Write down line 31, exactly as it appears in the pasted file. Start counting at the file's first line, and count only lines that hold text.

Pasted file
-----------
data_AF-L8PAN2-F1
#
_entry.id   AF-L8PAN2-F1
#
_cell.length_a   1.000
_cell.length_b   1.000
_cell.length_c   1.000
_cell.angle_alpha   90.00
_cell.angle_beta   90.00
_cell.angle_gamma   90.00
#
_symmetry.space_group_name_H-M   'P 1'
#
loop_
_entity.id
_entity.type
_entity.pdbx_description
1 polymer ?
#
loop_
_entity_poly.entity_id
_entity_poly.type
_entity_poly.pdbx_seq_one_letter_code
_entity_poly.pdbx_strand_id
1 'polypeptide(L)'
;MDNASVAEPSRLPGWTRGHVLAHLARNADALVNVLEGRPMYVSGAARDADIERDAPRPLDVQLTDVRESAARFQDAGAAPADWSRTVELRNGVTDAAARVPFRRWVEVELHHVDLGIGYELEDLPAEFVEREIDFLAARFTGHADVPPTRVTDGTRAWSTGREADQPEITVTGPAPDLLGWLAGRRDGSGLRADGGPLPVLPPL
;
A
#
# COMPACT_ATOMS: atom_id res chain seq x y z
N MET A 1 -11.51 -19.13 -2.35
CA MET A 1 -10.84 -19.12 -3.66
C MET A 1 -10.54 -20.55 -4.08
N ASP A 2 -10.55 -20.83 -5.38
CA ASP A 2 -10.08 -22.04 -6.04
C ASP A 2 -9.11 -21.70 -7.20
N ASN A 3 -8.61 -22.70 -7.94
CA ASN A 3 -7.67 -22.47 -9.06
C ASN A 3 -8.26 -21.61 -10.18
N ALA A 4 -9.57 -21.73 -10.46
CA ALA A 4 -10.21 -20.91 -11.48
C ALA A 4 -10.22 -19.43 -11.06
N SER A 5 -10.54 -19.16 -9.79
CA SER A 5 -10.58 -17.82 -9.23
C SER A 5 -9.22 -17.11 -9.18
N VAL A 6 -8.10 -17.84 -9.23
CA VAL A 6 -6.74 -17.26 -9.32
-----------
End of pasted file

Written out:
N MET A 1 -11.51 -19.13 -2.35